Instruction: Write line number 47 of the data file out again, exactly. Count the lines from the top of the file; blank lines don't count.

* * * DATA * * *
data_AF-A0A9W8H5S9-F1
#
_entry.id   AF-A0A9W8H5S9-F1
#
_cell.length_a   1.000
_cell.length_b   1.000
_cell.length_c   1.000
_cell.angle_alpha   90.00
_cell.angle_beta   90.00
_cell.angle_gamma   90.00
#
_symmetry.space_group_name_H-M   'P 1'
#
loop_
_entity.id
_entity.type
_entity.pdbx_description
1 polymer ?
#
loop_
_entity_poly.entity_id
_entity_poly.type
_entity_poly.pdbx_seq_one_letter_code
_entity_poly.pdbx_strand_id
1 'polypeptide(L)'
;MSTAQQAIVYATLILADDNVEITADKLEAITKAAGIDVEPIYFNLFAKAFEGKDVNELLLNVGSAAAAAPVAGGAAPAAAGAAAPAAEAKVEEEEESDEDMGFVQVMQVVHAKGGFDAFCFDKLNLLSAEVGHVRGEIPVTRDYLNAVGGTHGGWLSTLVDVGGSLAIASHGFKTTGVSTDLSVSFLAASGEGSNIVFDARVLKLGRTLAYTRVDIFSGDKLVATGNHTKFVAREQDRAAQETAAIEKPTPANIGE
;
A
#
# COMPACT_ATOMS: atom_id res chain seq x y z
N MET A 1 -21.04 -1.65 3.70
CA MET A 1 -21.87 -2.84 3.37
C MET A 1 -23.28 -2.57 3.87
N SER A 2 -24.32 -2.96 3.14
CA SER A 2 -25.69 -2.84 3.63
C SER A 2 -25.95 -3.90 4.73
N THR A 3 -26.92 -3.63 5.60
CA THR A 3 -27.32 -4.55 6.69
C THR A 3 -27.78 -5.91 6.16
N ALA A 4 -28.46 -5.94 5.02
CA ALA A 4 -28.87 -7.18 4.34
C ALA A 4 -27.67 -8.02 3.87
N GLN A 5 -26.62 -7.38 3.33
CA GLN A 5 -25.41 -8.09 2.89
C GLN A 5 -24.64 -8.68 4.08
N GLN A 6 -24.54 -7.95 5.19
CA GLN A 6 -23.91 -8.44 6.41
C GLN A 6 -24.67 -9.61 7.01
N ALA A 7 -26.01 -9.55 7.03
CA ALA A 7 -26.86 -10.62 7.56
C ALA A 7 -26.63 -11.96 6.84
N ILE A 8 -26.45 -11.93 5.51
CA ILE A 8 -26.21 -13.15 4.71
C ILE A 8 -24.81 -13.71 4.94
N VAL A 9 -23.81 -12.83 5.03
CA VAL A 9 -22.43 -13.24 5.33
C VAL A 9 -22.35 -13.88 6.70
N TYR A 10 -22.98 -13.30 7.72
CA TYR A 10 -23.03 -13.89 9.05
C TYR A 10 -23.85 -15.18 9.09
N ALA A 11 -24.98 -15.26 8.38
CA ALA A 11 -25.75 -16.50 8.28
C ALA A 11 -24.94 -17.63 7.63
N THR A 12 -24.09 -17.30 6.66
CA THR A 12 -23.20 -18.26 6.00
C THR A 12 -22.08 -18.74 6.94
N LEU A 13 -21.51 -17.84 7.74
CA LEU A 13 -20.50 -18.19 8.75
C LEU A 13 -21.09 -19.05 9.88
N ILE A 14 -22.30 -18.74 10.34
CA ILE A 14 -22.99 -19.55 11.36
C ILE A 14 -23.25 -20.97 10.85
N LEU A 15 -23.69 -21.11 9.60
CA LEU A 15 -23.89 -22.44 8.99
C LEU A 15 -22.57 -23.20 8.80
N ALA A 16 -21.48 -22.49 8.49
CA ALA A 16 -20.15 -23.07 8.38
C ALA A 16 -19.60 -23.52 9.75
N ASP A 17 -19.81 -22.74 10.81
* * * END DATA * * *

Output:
CA GLN A 6 -23.91 -8.44 6.41